Flowers - Magenta, pink, or rarely whitish, sweet-scented, the tubular corollas set in dense round, oval, or egg-shaped heads about 1 in. long, and seated in a sparingly hairy calyx. Stem: 6 in. to 2 ft. high, branching, reclining, or erect, more or less hairy. Leaves: On long petioles, commonly compounded of 3, but sometimes of 4 to 11 oval or oblong leaflets, marked with white crescent, often dark-spotted near centre; stipules egg-shaped, sharply pointed, strongly veined, over 1/2 in. long.

Preferred Habitat - Fields, meadows, roadsides.

Flowering Season - Apri1 - November.

Distribution - Common throughout Canada and United States.

Meadows bright with clover-heads among the grasses, daisies, and buttercups in June resound with the murmur of unwearying industry and rapturous enjoyment. Bumblebees by the tens of thousands buzzing above acres of the farmer's clover blossoms should be happy in a knowledge of their benefactions, which doubtless concern them not at all. They have never heard the story of the Australians who imported quantities of clover for fodder, and had glorious fields of it that season, but not a seed to plant next year's crops, simply because the farmers had failed to import the bumblebee. After her immigration the clovers multiplied prodigiously. No; the bee's happiness rests on her knowledge that only the butterflies' long tongues can honestly share with her the brimming wells of nectar in each tiny floret. Children who have sucked them too appreciate her rapture. If we examine a little flower under the magnifying glass, we shall see why its structure places it in the pea family. Bumblebees so depress the keel either when they sip, or feed on pollen, that their heads and tongues get well dusted with the yellow powder, which they transfer to the stigmas of other flowers; whereas the butterflies are of doubtful value, if not injurious, since their long, slender tongues easily drain the nectar without depressing the keel. Even if a few grains of pollen should cling to their tongues, it would probably be wiped off as they withdrew them through the narrow slit, where the petals nearly meet, at the mouth of the flower. Botnbus terrestris delights in nipping holes at the base of the tube, which other pilferers also profit by. Our country is so much richer in butterflies than Europe, it is scarcely surprising that Professor Robertson found thirteen Lepidoptera out of twenty insect visitors to this clover in Illinois, whereas Muller caught only eight butterflies on it out of a list of thirty-nine visitors in Germany. The fritillaries and the sulphurs are always seen about the clover fields among many others, and the "dusky wings" and the caterpillar of several species feeds almost exclusively on this plant.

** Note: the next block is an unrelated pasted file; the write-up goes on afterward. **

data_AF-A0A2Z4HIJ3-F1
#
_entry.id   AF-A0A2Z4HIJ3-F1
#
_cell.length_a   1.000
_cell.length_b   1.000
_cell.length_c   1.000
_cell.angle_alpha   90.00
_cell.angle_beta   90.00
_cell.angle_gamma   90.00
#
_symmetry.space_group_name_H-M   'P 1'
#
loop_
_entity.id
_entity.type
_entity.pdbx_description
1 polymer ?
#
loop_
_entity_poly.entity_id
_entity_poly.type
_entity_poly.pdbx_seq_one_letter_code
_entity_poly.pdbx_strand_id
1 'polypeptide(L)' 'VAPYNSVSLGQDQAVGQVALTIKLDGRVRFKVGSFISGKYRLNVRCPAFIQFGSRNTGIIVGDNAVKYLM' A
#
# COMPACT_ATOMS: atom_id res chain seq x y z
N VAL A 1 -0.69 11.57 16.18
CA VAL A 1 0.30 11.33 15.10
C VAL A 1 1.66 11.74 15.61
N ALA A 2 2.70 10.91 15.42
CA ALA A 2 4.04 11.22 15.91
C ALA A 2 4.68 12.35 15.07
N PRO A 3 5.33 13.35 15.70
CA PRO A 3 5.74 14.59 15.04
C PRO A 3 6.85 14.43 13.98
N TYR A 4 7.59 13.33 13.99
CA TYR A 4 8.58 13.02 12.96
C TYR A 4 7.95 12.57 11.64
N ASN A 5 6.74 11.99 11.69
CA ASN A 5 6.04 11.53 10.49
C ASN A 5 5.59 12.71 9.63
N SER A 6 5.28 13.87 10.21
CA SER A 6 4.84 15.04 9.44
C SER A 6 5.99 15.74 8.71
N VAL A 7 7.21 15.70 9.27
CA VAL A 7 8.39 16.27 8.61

"To live in clover," from the insect's point of view at least, may well mean a life of luxury and affluence. Most peasants in Europe will tell you that a dream about the flower foretells not only a happy marriage, but long life and prosperity. Forages the clover has been counted a mystic plant, and all sorts of good and bad luck were said to attend the finding of variations of its leaves which had more than the common number of leaflets. At evening these leaflets fold downward, the side ones like two hands clasped in prayer, the end one bowed over them. In this fashion the leaves of the white and other clovers also go to sleep, to protect their sensitive surfaces from cold by radiation, it is thought.

The Zig-zag Clover, Cow or Marl-Grass (T. Medium), a native of Europe and Asia, now naturalized in the eastern half of the United States and Canada, may scarcely be told from the common red clover, except by its crooked, angular stems - often provokingly straight - by its unspotted leaves, and the short peduncle in which its heads are elevated above the calyx.

Farmers here are beginning to learn the value of the beautiful Crimson, Carnation, Italian Clover, or Napoleons (T. incarna-tum), and happily there are many fields and waste places in the East already harboring the brilliant runaways. The narrow heads may be two and a half inches long. A meadow of this fodder plant makes one envious of the very cattle that may spend the summer day wading through acres of its deep bright bloom.